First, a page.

Residents and businesses in New Jersey have paid $2.8 billion in subsidies to companies that install solar energy panels. Thanks to that money, from substantial monthly fees charged on electric and natural gas bills, the companies have installed more than 100,000 solar arrays in the state — enough to make tiny and not especially sunny New Jersey fifth among states for solar energy capacity.

It was time for New Jersey to declare victory and pursue other goals. These clean energy charges had surpassed $500 million a year on ratepayers’ bills, and other more effective goals beckoned. So last year the Legislature and Gov. Phil Murphy wisely enacted a law to end the existing subsidies and cap the future costs to ratepayers of government help for solar companies.

Solar companies said the government should still find a way to maintain subsidies at existing levels or expect to lose thousands of industry employees to more supportive states. When the N.J. Board of Public Utilities in the summer floated the idea of reducing incentives to a small fraction of what they had been, companies said they would be too low to attract investment in solar projects.

Yet at nearly the same time, solar companies have expressed strong interest in participating in a new program to develop community solar projects that would bring the benefits of this renewable energy to low- and moderate-income communities.

Even with billions in subsidies, past solar projects overwhelmingly went to residents and businesses that could afford the significant upfront costs of installation. That left the lower and middle classes helping pay for sweet solar energy deals benefiting the affluent.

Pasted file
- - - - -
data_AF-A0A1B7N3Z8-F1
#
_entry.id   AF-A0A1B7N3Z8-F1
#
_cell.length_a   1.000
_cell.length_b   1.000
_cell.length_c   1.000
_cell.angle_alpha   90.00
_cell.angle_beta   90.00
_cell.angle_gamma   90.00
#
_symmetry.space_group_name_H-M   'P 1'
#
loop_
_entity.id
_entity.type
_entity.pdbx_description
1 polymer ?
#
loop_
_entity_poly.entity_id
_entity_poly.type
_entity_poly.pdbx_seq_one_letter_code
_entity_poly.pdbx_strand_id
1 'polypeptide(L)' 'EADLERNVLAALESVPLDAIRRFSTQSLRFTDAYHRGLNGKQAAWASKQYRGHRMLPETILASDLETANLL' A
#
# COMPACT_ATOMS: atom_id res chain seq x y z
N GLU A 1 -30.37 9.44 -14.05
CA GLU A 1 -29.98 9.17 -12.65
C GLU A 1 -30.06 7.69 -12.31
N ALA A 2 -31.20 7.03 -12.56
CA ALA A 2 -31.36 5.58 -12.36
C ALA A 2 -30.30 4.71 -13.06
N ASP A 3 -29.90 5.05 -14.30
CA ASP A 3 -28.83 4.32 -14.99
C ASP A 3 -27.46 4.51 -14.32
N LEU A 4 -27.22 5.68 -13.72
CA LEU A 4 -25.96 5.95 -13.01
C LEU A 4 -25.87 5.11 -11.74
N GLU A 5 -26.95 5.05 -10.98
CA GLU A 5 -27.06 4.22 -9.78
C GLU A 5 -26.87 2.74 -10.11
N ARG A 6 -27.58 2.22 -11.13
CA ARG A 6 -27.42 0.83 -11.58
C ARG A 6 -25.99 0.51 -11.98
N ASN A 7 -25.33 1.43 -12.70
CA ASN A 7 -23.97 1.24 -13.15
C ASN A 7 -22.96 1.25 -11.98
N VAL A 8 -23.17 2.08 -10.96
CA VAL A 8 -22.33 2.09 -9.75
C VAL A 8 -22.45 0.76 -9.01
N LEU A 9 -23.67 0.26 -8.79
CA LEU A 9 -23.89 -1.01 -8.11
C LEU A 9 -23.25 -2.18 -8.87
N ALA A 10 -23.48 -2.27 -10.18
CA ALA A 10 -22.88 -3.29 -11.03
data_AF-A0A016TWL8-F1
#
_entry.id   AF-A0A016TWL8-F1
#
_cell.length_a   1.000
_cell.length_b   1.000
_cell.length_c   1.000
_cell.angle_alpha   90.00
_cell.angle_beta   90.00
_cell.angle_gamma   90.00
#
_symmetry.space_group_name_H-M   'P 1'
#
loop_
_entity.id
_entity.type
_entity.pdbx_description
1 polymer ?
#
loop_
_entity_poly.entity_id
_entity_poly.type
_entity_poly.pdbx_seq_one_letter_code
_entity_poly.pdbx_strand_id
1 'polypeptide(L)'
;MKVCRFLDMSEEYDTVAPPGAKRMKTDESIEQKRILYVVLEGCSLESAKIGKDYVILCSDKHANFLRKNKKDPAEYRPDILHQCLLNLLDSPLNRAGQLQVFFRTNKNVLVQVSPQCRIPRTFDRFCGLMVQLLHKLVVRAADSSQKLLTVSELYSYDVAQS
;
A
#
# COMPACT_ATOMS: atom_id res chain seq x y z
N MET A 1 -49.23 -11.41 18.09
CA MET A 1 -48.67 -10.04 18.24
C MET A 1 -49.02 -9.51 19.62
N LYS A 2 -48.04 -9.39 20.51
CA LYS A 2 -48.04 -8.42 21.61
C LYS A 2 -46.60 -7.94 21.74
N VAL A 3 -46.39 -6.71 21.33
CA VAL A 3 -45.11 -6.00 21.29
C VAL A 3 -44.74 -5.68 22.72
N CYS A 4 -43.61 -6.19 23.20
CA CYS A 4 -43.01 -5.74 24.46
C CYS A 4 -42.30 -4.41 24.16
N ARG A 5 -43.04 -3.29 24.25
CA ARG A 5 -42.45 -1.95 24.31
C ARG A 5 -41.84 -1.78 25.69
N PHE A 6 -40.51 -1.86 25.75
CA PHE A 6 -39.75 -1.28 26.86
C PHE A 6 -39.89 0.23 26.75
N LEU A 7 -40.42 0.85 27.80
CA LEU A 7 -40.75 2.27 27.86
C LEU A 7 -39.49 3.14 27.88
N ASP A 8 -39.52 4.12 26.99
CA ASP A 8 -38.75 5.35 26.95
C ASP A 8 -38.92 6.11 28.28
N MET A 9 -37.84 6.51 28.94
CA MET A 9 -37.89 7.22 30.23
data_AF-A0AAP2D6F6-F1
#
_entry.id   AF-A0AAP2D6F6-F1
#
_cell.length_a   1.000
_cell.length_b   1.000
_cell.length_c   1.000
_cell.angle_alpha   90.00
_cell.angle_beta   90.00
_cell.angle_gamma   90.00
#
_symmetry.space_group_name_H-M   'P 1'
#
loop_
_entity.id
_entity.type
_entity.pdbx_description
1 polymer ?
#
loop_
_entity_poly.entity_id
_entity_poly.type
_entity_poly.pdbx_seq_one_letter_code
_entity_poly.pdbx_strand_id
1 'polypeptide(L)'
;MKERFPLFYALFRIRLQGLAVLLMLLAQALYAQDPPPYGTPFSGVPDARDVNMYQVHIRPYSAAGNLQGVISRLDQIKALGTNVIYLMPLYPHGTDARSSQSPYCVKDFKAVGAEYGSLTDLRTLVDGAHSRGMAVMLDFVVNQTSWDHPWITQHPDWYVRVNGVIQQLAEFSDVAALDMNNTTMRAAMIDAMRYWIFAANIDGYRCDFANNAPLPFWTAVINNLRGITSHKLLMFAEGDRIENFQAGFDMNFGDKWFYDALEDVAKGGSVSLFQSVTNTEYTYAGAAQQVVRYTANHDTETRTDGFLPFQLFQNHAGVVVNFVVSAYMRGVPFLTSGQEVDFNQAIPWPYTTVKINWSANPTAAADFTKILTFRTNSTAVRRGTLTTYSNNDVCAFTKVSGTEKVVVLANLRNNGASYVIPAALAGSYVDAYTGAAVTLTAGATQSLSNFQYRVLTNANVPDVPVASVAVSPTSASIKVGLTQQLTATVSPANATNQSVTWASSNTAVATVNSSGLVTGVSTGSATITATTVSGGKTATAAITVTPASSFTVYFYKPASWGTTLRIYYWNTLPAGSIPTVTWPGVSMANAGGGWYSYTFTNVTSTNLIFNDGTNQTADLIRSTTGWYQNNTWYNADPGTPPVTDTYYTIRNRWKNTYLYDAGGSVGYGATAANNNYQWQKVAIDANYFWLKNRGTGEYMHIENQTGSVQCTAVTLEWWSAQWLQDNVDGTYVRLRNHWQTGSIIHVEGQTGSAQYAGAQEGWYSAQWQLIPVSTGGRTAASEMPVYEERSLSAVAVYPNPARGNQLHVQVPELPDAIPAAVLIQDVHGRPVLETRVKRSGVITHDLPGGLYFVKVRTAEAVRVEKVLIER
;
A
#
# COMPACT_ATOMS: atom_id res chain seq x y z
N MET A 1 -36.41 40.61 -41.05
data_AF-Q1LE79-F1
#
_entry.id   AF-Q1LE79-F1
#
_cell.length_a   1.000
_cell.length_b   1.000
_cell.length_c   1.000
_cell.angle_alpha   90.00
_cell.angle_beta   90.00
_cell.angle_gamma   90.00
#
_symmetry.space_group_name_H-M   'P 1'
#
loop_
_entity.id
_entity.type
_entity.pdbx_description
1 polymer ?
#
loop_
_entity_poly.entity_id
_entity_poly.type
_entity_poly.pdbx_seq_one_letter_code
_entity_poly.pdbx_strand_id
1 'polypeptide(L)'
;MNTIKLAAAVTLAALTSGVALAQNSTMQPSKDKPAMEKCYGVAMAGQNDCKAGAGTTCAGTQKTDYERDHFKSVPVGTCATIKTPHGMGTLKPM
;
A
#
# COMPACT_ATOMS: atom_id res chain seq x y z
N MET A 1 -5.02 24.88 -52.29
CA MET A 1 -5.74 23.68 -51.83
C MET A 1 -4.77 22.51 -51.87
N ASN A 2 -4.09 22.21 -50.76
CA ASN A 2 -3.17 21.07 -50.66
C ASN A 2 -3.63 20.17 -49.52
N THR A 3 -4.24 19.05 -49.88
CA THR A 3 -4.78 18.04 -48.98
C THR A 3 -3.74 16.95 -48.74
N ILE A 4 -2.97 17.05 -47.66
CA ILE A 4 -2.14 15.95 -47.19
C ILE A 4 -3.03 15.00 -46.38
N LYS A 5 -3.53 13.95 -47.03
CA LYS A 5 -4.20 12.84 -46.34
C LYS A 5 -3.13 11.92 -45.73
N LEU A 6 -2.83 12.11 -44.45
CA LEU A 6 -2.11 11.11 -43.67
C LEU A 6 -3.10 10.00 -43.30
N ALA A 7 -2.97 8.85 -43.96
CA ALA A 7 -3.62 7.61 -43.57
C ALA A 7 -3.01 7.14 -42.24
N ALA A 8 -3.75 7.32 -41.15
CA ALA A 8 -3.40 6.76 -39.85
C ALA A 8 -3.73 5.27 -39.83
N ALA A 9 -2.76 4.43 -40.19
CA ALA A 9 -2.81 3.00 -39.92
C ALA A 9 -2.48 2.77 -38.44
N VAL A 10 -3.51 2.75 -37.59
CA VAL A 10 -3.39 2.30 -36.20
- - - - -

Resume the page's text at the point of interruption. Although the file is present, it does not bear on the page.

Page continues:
The Murphy administration sees community solar as a way to bring its benefits to those left out of the state’s solar boom. Murphy said he was “extremely pleased at the overwhelming response to the first year of the program,” which will “expand renewable energy for low- and moderate-income communities who have been previously unable to enjoy the benefits of solar.”

The BPU has received 252 applications to participate in the first year of the pilot community solar program, according to NJ Spotlight, more than 90% of them where most of the residents would be low- or moderate-income. The agency expects the three-year program to provide enough electricity to supply the needs of 45,000 homes.

Since the level of incentives for community solar projects hasn’t been set, the amount of industry interest that will become actual development is uncertain.

As we’ve said before, general solar subsidies aren’t needed and can even hurt consumers and other forms of clean energy, but community solar is the exception. Its narrowly targeted and limited incentives should help people shut out of past solar opportunities while adding a bit to New Jersey’s already impressive solar capacity.

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